from our Jan 10, 2013 meeting:
Larry & Betty Schwartz, Sherri Dougan, K. Meyers, Sheri & Ed
Anderson, George Mazeika, Sylvia Pauly, Jean Willey, Margaret Tackett
& Carol Willey
Treasurer report was discussed and approved
*Be sure to check out our web site: Oregon Coast Agates.org
*Dues are due please give to George or mail to PO Box 293, Newport, OR,
*Kay talked about the Agate Festival Jan 19th & 20th in Yachats
*Kaywill mention our show along with Agate Festival to Grant McCombie
when she does the agate and beach combing interview for channel 8 in
*Margaret gave a report about the Hatfield centers Beaver Creek Natural Area new
trails open to the public. It is ¼ mile up the road from Ona
Beach toward Beaver Creek, be careful to the tides as it is marsh
land and some of the trails can be covered with tide water.
*George gave a report on the visits to our web site January we had 946
visitors, and Nov 795.
*Sheri mentioned we could look into a Facebook site on swap shop (rocks) it has 900 members
*Sheri is willing to do a fossil trip (Sheri just had surgery so has to be a spring trip)
*Mention of another field trip to the Rice Museum
*Kay has volunteered to help with the show with Ed Anderson
*Carol reported on the issue of publication of phone numbers & address
in Directory, it is optional as long as the officers of the club are
posted with numbers
*Insurance question was brought up about our liability, Sylvia will check intoit.
*Door prize was won by George and Margaret.
Show was on caving in Colorado (cave of the winds) Silent Splendor
V. President: Sylvia Pauly
Secretary: Larry Schwartz/ Carol Willey
Treasurer: George Mazeika
Show Chair: Ed Anderson
Federation Director: Carol Willey
Editor: Carol Willey
Web Master: George Mazeika
Dangers in our hobby
An industrial type of solvent containing harmful vapor
By-product of sulfur and water. Deadly poison!
agate, sandstone, granite, chert, flint:
All are of the silica rock family. The dust from this family
contributes to silicosis of the lungs.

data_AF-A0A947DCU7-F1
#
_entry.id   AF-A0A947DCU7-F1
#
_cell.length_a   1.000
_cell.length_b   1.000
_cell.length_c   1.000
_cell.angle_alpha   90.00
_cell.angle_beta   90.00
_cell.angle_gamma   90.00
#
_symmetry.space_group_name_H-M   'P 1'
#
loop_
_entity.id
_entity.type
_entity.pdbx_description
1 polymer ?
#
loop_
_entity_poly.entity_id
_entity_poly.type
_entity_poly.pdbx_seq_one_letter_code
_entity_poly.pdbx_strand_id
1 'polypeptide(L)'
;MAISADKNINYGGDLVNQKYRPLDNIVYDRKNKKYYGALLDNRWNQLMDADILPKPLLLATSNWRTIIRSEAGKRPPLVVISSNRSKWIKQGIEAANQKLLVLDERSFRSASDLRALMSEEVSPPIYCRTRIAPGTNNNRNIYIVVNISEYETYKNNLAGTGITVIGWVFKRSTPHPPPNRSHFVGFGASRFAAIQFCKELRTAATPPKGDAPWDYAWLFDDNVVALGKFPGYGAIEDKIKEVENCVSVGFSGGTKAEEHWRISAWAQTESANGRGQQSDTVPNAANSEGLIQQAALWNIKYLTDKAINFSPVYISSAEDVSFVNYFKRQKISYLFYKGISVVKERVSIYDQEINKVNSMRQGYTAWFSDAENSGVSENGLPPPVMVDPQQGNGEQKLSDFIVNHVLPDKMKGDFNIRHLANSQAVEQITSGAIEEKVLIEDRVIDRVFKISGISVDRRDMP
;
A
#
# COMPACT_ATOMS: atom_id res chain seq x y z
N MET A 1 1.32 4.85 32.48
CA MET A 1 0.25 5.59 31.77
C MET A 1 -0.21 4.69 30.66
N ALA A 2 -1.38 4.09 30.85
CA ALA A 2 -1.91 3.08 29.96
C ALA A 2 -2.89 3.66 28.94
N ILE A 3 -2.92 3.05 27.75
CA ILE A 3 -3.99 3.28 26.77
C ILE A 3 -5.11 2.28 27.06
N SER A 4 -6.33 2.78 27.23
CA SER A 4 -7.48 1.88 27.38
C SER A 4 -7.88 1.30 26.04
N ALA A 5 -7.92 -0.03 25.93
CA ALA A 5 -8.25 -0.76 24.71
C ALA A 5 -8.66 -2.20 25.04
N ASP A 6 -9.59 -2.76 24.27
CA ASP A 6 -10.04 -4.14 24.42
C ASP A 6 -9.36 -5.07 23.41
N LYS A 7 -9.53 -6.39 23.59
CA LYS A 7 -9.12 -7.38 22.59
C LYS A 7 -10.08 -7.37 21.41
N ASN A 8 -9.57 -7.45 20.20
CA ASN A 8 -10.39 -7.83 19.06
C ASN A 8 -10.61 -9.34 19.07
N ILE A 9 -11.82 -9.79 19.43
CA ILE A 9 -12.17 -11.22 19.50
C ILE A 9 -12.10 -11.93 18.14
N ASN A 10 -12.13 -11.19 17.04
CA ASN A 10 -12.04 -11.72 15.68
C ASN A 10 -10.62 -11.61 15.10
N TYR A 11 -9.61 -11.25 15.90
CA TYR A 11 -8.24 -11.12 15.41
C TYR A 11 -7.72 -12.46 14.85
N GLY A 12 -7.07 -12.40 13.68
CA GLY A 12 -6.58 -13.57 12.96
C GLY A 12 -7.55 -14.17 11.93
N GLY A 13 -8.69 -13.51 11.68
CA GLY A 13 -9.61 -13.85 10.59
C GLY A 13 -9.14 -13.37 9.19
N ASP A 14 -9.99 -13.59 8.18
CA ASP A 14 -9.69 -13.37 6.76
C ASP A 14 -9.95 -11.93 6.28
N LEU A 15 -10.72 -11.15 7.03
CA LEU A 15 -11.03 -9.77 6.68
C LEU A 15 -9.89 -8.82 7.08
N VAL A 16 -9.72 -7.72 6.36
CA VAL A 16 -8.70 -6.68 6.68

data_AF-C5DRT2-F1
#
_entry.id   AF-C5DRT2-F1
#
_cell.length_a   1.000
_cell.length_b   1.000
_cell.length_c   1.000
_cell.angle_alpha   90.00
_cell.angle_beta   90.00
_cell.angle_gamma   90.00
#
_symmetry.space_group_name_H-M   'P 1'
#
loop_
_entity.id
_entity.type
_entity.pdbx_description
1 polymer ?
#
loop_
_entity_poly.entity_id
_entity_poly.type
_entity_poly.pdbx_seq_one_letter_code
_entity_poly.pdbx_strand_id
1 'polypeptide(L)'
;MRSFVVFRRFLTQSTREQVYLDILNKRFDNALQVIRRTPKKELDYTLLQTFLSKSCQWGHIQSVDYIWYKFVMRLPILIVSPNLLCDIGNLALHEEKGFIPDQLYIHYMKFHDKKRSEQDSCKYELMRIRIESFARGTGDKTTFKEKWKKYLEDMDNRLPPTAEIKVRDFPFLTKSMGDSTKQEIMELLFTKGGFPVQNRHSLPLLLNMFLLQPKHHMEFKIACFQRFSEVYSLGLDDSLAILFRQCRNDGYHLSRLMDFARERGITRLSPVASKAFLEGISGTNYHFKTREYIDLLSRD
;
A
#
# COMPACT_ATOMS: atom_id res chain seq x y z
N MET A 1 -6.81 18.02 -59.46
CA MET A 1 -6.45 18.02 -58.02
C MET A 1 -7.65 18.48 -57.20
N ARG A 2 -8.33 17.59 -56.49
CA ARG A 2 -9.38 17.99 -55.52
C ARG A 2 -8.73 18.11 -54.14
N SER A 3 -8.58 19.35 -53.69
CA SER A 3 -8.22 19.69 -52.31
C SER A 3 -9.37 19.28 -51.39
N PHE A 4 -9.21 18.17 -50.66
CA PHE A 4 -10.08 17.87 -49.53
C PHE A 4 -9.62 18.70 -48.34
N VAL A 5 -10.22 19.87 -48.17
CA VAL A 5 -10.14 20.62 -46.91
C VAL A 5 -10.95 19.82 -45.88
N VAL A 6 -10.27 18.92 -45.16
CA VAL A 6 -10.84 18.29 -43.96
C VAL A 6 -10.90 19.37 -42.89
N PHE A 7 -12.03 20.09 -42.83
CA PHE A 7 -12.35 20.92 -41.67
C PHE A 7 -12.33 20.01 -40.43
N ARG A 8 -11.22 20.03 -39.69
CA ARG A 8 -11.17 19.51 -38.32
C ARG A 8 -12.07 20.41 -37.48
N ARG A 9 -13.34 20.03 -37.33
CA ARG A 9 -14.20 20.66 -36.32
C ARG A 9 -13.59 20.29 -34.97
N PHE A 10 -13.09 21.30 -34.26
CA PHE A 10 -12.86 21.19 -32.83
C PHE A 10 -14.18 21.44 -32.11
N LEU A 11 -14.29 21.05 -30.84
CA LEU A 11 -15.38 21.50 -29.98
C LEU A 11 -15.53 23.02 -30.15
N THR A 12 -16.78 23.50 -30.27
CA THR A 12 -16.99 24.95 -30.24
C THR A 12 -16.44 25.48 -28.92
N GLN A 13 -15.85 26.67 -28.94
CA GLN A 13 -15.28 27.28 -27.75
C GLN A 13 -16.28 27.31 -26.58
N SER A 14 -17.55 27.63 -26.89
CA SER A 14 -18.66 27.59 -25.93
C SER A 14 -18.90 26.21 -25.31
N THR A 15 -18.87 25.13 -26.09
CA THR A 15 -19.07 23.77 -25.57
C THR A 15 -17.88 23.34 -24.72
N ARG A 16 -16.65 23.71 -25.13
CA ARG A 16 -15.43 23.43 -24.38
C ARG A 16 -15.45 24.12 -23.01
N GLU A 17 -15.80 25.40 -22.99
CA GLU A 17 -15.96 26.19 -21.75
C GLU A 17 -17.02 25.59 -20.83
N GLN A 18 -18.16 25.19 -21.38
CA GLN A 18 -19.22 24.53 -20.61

When heated or burned, it releases toxic gases.
Grind and polish only when wet. Be aware that any odor detected is
Work wet, as the dust created when working dry is toxic.
Known to enter the body from dust, fumes, and water. It can damage
the brain and neuromuscular system.
it is not healthy to fear everything, one should be aware of hidden
dangers in apparently innocent looking material that we all use
extensively in our hobby. If you are using a material that is new to
you, read the labels and heed any warning. We want all lapidarists to
remain a healthy lot and continue to live long, active lives!
Bems Tumbler,May 2008 and many other publications
Hancock- NFMS Federation Rock Hound Retreat 2013
picture of camp housing. Right
lapidary work space
left Lyle working on a cab (trying to find the tiny scratches you
have to do over)
some of the perfect cabs created in the lapidary shop
Cleaning Druzy Specimens
To clean and shine most druzy specimens, use Easy Off oven cleaner (fume free
is OK). Spray the specimen and then leave it overnight in a
closed container or bay before rinsing. This even works on iron
stained quartz crystals. Using some disposal gloves is a great idea
when cleaning with chemicals.
The Tumbler May 2008
to find the fire in Fire Agate
Fire agate is a quartz-based rock with layers of iron oxide in chalcedony
which results in iridescence. It occurs in nodules of milky or grayish translucent chalcedony. Sometimes it is found in botryoidal
growths in geodes and in chalcedony roses. Fire agate appears as a dull, reddish brown layer, but when the surface layers are removed the rainbow colors or iridescence are exposed. The fire is brought out by tumbling, trimming, and grinding off the outer layers to expose the iridescence. Polishing magnifies the fire.
To find the fire, remove the matrix, then tumble polish the stones.
Tumbling removes the excess chalcedony. When polished, remove excess stone around the edges, then polish and set. Allow the stone to
retain its irregular shape and polish slowly, so you don’t go
through the fire layers. The graceful natural shapes are superior to
those cut to calibrated sizes, as the best fire doesn’t always fit
a mold. To set it off, mount the fire agate in a custom-made gold or
silver setting. Fire agates are most often found in Arizona,
California, Idaho and Mexico, among other locales.
Gems of the Rogue/ May 2008
article about: Fire Agates of Arizona
At first glance Fire Agates are not impressive. They appear as a
reddish-brown rock covered with a coat of chalcedony. When this
covering is removed and the stone is polished, there is a burst of
rainbow colors. The glowing reds, yellows, oranges, blues, purples
and greens are responsible for the “Fire Agate”.
The cause of the fire is still a puzzle. Some collectors attribute the
iridescence to the presence of minute plated crystals of goethite
sprinkled with layers of chalcedony.
There is a difference between the Fire Opals and Fire Agate. In the Opal, the